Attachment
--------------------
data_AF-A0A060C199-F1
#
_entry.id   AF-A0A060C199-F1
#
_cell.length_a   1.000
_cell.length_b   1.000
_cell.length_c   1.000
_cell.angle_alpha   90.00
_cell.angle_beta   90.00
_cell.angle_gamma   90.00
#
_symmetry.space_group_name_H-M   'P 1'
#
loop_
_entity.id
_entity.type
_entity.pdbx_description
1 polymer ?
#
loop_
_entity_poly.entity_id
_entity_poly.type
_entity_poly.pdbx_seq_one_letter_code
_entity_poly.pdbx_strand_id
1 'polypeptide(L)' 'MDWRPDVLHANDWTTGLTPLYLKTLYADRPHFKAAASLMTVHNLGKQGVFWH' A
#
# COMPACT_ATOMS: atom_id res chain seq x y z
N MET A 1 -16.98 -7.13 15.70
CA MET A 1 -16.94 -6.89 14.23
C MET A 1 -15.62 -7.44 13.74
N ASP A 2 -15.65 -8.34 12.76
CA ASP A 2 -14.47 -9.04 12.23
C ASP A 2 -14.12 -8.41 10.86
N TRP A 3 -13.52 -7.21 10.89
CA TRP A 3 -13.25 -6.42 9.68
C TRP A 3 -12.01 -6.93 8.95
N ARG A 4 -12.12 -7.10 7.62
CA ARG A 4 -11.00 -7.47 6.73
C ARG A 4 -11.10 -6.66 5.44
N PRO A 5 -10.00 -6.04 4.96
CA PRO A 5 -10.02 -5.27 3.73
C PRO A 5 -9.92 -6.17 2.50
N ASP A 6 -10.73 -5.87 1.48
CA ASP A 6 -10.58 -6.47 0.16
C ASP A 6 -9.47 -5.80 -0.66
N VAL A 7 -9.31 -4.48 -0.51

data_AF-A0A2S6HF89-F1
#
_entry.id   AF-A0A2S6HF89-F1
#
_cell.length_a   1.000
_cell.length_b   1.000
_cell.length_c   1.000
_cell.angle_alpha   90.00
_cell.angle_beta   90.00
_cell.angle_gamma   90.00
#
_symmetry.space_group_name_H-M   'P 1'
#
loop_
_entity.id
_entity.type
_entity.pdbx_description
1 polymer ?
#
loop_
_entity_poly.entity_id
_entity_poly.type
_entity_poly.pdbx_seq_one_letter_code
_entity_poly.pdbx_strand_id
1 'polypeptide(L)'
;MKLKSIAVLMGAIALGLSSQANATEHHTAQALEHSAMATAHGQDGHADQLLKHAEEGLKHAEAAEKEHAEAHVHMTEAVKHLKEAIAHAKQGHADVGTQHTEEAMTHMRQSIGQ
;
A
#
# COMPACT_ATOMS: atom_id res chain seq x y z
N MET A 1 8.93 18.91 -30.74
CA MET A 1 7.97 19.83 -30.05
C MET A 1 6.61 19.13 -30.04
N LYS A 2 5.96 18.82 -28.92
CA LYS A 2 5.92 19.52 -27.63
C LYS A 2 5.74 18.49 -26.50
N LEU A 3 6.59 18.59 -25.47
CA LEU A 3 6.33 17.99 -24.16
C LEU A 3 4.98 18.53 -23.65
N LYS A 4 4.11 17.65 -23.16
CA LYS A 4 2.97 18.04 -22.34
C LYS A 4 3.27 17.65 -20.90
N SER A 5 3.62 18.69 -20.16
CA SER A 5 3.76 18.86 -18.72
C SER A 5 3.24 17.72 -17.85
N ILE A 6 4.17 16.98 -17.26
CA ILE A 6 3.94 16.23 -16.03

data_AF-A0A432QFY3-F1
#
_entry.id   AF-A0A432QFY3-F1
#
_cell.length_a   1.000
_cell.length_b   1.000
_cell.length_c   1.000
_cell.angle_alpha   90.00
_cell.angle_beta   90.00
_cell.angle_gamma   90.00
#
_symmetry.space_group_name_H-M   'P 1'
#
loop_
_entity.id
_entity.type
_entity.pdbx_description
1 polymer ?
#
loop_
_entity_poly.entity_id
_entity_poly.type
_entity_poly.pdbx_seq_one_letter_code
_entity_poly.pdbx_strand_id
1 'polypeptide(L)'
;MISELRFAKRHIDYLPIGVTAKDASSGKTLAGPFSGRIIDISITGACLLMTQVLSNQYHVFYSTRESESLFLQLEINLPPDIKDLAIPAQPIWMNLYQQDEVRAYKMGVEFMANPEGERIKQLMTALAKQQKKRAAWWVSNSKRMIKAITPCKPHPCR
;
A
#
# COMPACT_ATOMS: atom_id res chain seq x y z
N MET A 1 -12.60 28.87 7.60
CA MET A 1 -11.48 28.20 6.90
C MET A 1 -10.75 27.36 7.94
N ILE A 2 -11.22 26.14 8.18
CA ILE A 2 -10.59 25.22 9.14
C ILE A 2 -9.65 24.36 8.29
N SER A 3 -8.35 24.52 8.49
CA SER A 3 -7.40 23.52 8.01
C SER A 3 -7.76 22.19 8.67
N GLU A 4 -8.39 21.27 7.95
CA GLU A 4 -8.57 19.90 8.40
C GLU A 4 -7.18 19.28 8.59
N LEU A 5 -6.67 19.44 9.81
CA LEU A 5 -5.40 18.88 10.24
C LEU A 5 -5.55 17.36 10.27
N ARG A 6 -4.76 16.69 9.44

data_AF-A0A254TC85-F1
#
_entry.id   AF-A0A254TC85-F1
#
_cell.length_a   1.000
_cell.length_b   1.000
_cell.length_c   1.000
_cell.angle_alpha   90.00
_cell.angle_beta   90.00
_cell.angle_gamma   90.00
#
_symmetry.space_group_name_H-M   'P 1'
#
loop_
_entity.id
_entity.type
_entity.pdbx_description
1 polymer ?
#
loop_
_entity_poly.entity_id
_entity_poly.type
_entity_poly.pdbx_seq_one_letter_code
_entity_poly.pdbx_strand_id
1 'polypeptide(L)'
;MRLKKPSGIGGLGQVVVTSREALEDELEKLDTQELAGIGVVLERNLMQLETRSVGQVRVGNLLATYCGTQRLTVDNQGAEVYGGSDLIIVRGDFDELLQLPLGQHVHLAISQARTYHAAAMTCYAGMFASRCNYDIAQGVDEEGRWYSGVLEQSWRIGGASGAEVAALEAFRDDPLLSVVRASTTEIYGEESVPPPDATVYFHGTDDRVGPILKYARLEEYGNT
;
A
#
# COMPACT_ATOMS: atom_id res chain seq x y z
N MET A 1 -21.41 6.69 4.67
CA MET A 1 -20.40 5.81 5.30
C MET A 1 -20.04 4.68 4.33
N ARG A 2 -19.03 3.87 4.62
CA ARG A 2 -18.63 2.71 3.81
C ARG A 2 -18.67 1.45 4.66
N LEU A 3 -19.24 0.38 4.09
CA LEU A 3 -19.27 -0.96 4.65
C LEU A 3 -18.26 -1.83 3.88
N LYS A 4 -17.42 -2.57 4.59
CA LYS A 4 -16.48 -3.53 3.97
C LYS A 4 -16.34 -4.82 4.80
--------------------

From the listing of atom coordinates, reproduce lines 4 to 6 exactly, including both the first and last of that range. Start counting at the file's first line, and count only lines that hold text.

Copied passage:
#
_cell.length_a   1.000
_cell.length_b   1.000